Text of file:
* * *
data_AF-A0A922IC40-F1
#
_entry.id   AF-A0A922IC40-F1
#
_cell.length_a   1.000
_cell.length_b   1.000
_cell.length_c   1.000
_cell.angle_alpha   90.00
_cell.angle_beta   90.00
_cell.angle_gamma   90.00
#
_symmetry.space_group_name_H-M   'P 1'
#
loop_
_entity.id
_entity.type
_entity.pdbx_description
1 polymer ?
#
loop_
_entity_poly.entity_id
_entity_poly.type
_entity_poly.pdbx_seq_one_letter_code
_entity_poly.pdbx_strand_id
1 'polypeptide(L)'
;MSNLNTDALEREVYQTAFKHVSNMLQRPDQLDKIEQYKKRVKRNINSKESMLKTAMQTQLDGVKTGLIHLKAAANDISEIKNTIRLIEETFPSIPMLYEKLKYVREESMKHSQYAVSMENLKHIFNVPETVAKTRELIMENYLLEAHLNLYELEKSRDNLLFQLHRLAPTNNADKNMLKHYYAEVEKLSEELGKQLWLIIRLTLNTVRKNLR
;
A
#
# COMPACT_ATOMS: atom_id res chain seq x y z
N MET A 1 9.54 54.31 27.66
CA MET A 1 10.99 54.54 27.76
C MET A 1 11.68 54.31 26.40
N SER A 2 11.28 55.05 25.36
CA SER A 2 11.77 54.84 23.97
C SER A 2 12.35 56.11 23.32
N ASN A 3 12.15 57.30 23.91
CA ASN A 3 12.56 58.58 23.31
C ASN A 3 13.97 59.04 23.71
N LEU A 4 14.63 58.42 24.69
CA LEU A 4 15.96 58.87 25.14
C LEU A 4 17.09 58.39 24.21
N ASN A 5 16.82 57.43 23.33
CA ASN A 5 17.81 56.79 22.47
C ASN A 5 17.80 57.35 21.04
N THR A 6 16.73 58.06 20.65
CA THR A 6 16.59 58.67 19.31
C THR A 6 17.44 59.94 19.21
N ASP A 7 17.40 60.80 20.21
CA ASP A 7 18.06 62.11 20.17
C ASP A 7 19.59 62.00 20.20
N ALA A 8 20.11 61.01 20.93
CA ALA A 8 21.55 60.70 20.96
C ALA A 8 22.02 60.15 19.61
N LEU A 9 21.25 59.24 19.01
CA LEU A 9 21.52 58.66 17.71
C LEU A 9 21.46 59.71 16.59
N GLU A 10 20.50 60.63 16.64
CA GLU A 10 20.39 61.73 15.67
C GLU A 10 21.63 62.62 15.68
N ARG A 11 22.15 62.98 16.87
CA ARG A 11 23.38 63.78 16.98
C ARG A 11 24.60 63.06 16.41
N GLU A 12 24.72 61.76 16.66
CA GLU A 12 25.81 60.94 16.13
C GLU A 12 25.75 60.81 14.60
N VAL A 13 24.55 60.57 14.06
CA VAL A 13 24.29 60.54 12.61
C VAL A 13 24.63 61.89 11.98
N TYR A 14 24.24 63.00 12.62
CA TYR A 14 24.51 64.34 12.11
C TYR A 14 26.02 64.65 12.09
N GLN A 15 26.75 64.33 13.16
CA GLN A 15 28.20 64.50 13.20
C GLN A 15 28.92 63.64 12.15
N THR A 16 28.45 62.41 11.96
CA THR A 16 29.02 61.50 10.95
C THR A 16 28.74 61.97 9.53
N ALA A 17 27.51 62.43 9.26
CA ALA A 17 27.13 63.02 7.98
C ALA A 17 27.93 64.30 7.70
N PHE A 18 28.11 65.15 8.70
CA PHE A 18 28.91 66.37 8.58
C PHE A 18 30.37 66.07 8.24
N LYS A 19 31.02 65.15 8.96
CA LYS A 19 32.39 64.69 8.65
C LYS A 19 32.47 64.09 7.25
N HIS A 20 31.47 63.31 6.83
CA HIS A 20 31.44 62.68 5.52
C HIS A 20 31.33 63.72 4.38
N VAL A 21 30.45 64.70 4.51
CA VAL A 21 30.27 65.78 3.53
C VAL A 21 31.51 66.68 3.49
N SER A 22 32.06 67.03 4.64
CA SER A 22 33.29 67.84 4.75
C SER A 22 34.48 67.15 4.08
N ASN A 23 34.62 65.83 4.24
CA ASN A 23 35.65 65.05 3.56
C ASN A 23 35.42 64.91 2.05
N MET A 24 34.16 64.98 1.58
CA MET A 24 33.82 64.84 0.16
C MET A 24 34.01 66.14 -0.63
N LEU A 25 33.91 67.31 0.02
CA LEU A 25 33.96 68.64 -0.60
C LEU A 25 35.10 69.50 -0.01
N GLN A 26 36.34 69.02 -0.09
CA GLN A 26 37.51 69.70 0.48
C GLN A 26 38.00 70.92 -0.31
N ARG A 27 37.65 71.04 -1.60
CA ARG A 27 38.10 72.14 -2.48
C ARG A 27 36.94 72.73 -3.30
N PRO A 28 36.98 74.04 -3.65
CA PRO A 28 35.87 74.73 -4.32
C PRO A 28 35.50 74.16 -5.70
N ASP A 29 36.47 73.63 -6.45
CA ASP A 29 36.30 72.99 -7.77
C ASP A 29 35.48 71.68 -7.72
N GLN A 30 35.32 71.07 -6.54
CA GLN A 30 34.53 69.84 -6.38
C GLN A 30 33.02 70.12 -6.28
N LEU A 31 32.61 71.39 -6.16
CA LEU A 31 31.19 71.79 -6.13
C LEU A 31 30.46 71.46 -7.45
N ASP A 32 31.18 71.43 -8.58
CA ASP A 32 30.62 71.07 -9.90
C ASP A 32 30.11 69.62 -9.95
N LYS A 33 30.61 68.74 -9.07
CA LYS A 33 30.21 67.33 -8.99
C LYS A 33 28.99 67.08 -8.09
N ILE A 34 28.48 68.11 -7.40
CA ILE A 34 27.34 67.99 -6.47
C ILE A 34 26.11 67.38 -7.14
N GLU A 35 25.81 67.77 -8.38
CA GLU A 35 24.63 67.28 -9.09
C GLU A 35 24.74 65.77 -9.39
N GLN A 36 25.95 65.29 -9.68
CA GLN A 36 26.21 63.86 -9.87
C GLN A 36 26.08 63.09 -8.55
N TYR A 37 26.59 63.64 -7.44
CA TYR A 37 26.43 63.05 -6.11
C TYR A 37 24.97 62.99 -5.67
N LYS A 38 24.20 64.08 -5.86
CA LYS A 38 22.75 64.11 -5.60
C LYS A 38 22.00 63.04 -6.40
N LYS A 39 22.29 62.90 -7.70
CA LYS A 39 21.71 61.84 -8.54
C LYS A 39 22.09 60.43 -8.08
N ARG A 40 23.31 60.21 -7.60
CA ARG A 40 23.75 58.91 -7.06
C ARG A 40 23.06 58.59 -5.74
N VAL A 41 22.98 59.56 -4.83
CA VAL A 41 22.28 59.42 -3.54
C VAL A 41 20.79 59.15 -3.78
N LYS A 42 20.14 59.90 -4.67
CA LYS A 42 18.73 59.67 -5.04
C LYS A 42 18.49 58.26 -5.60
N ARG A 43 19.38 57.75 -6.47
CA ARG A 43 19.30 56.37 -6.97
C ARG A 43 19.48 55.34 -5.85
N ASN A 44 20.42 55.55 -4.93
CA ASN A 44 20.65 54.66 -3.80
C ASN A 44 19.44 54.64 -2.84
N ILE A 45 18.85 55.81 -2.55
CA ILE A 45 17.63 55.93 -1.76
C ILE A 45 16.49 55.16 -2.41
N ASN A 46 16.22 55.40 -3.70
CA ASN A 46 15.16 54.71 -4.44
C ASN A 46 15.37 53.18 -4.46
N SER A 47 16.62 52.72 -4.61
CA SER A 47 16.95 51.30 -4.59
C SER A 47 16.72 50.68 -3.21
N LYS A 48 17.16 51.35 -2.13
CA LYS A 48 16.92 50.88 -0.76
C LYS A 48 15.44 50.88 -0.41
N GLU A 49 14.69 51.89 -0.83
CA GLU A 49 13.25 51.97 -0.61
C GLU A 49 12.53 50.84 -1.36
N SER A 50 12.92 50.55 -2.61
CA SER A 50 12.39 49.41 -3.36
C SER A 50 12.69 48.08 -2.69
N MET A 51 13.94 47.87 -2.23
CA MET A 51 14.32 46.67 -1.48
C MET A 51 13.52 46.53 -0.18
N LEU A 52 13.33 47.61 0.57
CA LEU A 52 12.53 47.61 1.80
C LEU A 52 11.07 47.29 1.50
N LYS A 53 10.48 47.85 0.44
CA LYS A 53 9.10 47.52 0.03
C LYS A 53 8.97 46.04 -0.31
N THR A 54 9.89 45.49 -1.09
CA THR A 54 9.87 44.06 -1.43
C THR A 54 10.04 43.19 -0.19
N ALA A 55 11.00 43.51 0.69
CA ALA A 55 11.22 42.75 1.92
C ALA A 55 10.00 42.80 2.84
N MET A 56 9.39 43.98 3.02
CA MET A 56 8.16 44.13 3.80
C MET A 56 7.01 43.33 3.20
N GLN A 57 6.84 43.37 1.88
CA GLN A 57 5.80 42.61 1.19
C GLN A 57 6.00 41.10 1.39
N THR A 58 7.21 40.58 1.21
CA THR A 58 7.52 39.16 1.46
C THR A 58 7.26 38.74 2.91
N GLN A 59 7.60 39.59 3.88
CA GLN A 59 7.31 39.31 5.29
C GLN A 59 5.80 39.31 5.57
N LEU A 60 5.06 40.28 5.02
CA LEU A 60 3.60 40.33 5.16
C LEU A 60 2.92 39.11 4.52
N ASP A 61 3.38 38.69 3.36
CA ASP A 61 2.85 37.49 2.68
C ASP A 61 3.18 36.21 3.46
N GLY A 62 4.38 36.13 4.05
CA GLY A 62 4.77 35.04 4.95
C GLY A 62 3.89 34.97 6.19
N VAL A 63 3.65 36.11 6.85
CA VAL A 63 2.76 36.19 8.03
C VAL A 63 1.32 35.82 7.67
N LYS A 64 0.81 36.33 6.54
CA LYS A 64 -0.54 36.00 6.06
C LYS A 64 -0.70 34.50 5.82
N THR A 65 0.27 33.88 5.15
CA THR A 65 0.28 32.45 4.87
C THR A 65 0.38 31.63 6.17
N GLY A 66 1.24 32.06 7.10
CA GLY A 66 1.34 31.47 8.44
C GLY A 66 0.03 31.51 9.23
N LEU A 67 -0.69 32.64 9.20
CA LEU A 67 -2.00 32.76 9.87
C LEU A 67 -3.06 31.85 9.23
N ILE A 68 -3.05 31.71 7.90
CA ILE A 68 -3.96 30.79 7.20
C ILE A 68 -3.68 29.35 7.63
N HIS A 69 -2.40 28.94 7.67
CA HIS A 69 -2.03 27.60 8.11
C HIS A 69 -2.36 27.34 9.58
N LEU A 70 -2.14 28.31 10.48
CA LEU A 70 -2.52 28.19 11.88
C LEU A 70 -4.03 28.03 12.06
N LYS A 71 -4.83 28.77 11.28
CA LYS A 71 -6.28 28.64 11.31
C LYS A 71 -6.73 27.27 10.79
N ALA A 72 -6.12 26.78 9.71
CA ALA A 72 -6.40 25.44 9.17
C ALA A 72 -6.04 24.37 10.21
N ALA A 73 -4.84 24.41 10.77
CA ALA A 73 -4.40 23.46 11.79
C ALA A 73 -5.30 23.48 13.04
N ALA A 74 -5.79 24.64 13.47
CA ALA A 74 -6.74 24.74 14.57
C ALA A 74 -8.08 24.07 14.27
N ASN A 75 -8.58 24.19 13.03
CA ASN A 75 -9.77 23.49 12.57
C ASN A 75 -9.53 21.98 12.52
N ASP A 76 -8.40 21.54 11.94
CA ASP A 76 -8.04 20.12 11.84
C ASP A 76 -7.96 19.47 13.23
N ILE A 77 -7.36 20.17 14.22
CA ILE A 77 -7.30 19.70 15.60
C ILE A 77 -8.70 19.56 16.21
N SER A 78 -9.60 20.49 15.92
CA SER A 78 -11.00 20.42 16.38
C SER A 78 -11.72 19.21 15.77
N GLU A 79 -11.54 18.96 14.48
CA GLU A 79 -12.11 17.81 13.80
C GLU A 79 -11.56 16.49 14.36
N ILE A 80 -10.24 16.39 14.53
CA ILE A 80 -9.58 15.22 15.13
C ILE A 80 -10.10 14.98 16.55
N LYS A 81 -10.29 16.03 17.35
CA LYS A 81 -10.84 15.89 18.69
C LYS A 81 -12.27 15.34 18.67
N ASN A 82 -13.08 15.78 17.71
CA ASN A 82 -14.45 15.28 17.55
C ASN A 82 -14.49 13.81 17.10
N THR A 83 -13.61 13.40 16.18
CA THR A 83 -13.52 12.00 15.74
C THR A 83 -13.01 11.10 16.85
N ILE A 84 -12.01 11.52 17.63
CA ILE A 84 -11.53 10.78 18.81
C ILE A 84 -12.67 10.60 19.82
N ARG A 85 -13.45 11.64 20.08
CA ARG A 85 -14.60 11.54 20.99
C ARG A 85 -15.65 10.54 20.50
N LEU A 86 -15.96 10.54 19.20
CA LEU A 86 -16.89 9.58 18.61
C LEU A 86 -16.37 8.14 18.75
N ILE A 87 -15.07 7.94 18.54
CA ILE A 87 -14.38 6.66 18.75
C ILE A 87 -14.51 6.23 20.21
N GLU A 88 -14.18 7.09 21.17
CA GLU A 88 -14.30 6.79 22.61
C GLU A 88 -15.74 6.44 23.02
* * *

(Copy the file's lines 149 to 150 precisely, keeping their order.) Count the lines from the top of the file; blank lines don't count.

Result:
CA ARG A 40 23.75 58.91 -7.06
C ARG A 40 23.06 58.59 -5.74